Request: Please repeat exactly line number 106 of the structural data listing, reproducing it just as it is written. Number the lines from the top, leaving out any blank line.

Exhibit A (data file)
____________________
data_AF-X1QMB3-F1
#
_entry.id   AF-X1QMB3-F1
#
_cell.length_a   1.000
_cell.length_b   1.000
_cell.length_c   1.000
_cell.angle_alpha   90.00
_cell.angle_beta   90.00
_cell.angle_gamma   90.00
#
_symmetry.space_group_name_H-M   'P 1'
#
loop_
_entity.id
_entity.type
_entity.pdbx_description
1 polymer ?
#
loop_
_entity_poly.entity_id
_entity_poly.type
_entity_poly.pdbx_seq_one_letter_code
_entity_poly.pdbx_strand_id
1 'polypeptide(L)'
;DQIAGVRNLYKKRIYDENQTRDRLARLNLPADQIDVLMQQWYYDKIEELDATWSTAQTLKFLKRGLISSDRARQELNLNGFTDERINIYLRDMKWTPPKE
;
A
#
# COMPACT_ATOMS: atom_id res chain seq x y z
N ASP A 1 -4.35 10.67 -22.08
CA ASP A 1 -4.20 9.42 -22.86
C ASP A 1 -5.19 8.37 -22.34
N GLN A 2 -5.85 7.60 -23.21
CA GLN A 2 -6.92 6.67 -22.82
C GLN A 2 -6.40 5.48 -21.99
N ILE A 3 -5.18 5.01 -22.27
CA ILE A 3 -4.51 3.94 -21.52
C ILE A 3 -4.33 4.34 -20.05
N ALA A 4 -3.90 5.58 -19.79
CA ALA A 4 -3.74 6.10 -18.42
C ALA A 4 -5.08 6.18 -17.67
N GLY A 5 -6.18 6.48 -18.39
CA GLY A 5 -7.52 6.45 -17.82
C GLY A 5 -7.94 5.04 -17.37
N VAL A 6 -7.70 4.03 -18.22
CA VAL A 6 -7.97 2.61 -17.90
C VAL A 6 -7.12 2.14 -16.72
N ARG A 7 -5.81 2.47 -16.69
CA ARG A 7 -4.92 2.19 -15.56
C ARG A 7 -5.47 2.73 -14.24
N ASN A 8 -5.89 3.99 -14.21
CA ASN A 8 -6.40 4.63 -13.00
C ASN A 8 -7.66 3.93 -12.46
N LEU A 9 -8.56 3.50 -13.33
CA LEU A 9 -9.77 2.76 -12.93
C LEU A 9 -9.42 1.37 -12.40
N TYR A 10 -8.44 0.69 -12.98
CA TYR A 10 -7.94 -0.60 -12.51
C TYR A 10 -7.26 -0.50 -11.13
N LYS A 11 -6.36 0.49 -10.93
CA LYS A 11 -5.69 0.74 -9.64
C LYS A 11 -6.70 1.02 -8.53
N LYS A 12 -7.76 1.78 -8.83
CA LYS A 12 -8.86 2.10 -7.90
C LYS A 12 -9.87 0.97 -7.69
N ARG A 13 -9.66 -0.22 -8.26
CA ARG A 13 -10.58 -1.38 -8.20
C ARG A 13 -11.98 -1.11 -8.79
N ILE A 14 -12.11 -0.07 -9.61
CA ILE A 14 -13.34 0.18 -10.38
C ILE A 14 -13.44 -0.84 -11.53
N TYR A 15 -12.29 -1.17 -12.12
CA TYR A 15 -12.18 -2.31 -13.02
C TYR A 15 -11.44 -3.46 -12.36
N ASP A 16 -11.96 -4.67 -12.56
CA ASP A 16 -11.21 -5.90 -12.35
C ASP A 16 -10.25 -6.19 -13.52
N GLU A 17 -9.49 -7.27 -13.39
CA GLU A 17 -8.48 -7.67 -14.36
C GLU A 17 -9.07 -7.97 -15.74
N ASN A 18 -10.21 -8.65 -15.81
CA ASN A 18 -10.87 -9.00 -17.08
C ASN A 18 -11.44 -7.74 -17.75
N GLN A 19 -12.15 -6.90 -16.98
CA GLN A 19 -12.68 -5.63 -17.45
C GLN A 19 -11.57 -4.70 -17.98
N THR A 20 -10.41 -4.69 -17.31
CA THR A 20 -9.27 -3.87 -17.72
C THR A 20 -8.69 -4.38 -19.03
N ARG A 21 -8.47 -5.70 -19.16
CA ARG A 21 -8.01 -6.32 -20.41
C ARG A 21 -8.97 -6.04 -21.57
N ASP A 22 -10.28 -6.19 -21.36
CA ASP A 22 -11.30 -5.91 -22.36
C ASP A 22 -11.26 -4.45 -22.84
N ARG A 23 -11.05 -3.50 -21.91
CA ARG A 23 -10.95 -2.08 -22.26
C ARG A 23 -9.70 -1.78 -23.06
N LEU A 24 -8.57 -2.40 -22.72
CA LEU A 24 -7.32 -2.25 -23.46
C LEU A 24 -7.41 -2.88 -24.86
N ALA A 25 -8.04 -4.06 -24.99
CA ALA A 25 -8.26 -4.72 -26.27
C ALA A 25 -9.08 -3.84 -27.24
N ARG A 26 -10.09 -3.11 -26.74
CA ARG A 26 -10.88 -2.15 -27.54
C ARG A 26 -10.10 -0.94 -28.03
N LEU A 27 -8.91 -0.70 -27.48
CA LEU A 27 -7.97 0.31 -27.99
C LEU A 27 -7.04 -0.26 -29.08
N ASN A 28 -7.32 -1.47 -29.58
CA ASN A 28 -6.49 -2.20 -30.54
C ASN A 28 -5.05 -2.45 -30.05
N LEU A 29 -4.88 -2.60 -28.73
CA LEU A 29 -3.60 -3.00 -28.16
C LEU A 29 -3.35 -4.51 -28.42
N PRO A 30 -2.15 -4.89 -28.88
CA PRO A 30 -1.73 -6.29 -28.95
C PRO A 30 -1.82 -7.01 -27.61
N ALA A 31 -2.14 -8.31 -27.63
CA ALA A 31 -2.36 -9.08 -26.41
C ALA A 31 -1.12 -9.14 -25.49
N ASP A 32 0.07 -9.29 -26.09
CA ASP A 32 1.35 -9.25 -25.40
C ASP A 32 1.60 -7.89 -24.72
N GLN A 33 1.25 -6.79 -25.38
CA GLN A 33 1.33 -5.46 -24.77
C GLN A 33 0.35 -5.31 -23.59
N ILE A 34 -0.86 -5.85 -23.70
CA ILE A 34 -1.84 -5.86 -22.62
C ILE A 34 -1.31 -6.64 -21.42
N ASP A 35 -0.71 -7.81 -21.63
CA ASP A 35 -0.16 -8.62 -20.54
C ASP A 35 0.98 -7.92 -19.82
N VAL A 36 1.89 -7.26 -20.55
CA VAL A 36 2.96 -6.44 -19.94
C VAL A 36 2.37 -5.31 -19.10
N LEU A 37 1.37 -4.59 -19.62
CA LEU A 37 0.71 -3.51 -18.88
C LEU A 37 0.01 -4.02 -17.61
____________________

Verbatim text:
N ARG A 26 -10.09 -3.11 -26.74